State of Black Asheville
Dr. Dwight Mullen gave a talk on his “State of Black Asheville” course last week. The State of Black Asheville is a public policy course at UNC Asheville which Dr. Mullen has been teaching since 2006. Students pick a topic of interest and study the influence race has on local public policy. Afterward, they share their findings with the public. The disturbing statistics about racial disparities in Asheville collected by these students provide crucial insights as to the inequitable reality of our community faces. You can visit stateofblackasheville.org to see some of their findings. During his talk, Dr. Mullen gave the latest stats (2014-2015 school year) around disparities in academic outcomes. One example: for grades 3-8, only 26% of blacks are at or above grade level, compared to 83% of whites. Click here to read an article about the talk.
One point that Dr. Mullen made that night was that our city government does not have a formal plan in place to address racial disparities. He expressed the need for a plan with specific goals, timeline and BUDGET, with a system to assess progress annually. That certainly sounds like something to advocate for. He also talked about the Chamber of Commerce, their unwillingness to share stats related to race with his students, and their general failure to address issues of inclusion and equity. Another advocacy opportunity.
Hood Huggers Party!
Meanwhile, resilient African Americans in Asheville are, as DeWayne Barton puts it, “making the hustle happen.” His organization, Hood Huggers International, is active on many levels, running Hood Tours, convening grassroots/neighborhood leaders, and putting plans into action to support youth in academics and entrepreneurship. For Barton, “A Hood Hugger is anyone who restores themselves while helping to transform their communities for the good of all.” A party to support Hood Huggers is being held on Friday, February 5 from 7 to 11 pm at THE BLOCK off biltmore, 39 S. Market Street. DJ Supaman will provide great music, and Cooking With Comedy Catering will provide delicious food. Tickets for the party are $20 each. There is a matching challenge grant of $1500 for money raised by this event. So your ticket purchase will be matched! Space is limited, get your ticket today! Click here to purchase tickets.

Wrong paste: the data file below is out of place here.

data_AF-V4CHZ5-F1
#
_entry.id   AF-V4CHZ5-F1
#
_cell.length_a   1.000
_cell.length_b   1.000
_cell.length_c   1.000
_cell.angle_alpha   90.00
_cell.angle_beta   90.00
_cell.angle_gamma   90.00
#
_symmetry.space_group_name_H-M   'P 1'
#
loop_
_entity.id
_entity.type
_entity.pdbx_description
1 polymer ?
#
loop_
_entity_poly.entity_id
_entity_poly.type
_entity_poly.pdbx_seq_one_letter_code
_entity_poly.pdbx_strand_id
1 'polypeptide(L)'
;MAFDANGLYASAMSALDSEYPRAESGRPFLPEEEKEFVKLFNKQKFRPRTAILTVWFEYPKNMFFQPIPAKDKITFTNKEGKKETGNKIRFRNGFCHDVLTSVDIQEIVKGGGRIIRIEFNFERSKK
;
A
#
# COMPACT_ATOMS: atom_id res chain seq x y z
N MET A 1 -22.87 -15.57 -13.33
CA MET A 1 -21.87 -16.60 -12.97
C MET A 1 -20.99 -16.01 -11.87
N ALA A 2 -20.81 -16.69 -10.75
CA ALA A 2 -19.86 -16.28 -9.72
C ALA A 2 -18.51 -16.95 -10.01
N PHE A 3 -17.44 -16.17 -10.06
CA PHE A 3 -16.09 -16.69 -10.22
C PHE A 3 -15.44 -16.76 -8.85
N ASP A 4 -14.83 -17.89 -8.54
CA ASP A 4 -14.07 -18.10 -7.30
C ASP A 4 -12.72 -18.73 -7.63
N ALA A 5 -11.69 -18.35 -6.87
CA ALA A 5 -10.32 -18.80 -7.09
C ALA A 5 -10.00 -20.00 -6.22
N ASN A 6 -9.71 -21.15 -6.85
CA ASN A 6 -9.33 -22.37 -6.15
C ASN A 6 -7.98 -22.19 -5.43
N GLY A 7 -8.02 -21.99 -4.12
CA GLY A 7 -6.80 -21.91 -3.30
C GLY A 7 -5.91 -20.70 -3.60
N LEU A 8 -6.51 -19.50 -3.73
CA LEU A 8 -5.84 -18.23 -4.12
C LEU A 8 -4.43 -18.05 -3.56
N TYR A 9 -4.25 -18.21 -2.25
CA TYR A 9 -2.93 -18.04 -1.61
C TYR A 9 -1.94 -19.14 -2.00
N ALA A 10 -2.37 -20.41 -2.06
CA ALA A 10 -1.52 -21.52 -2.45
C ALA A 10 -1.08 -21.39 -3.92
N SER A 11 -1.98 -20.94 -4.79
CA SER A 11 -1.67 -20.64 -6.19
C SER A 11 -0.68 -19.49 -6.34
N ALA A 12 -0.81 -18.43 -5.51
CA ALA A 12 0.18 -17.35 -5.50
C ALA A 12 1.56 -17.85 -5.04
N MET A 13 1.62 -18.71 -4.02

Sweethearts: Supper Songs & Silent Auction
Youth Transformed for Life (YTL) Training Programs is an organization, led by Libby Kyles, which focuses on “creating equity for disadvantaged teens, homeless teens, and young adult offenders reentering the workforce.” YTL is “committed to working outside of the classroom to close the achievement (opportunity) gap that exists within the Asheville City Schools. By creating positive summer experiences and opportunities to participate in activities that challenge them both physically and intellectually, YTL’s summer program, GRACE for Teens, seeks to be a change agent in the lives of program participants.”
A fundraiser for GRACE for Teens,“Sweethearts: Supper, Songs & Silent Auction,” will be held on Saturday, February 13 from 6 to 10 pm at the Arthur R. Edington Education & Career Center (133 Livingston St.). The five-course dinner will feature local chefs Liam Rowland of GO! Kitchen, Gene Ettison of J. Lee Catering & Wine Co., Sherri Davis of SD’s Home Cooking & Catering Services, and Clarence Robinson of Cooking With Comedy. Tickets are $35 for individuals and $65 for couples. Email email@example.com for tickets.
Grow the Grassroots
Finally, I’d like to share this article, Trickle-Down Community Engagement, part 2: The infantilization of marginalized communities must stop, from Vu Le’s Nonprofit With Balls blog. His post is a reminder that it’s past time to critically examine funding structures and systems. Excerpt: “A major frustration—probably THE major frustration—that many of us grassroots organizations have is that there seems to be a disbelief among many funders and other people in power that communities actually have the solutions to our own problems. It is really ridiculous if you think about it. The people and communities who have personal experiences dealing with society’s entrenched problems should know more about it than those who have not. But there seems to be this weird paradox, where if you are too close to a problem, then people may assume that your judgement got harmed by it or something.” I encourage you to read the whole article, and Trickle-Down Community Engagement, part 1 as well.